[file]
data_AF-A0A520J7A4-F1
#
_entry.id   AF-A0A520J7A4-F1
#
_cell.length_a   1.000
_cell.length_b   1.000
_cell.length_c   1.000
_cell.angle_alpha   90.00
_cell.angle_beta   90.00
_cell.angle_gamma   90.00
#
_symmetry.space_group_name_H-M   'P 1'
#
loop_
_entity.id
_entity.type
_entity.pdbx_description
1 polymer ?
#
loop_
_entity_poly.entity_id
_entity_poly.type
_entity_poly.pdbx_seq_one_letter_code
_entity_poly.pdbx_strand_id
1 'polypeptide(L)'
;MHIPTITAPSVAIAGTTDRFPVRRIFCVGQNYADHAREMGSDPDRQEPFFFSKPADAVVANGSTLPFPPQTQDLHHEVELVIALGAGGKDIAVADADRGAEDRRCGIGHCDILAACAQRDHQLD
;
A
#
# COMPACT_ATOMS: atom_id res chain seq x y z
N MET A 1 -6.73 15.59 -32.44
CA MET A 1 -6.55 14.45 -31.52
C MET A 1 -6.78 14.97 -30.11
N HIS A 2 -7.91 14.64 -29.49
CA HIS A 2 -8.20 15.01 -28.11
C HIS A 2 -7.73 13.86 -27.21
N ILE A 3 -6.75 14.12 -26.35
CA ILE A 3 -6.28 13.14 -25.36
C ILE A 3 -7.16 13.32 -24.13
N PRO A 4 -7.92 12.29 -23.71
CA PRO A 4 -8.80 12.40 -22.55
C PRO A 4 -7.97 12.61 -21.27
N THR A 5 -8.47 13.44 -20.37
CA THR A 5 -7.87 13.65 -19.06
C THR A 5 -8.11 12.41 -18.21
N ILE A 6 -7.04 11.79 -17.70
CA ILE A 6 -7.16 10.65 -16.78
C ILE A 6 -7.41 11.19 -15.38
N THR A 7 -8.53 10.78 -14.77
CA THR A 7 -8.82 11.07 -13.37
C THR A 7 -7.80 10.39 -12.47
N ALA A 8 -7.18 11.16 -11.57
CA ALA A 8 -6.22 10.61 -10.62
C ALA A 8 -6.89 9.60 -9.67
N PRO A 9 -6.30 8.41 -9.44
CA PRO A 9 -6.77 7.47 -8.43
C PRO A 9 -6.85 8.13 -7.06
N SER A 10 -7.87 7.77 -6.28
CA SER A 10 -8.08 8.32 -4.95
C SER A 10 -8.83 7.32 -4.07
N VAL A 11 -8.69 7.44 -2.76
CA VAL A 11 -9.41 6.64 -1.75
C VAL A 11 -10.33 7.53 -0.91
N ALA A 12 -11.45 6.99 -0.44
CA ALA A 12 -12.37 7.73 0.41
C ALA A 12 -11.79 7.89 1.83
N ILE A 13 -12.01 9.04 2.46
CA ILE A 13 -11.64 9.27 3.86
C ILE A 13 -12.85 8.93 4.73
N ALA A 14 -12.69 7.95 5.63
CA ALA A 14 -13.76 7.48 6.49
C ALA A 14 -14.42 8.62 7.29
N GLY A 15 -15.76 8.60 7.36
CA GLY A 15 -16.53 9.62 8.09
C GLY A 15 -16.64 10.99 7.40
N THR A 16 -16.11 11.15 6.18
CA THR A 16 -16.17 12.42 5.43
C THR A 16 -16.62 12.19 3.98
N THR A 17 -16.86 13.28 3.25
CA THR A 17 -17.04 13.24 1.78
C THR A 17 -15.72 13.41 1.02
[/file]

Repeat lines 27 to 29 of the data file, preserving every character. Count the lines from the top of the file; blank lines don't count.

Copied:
;
A
#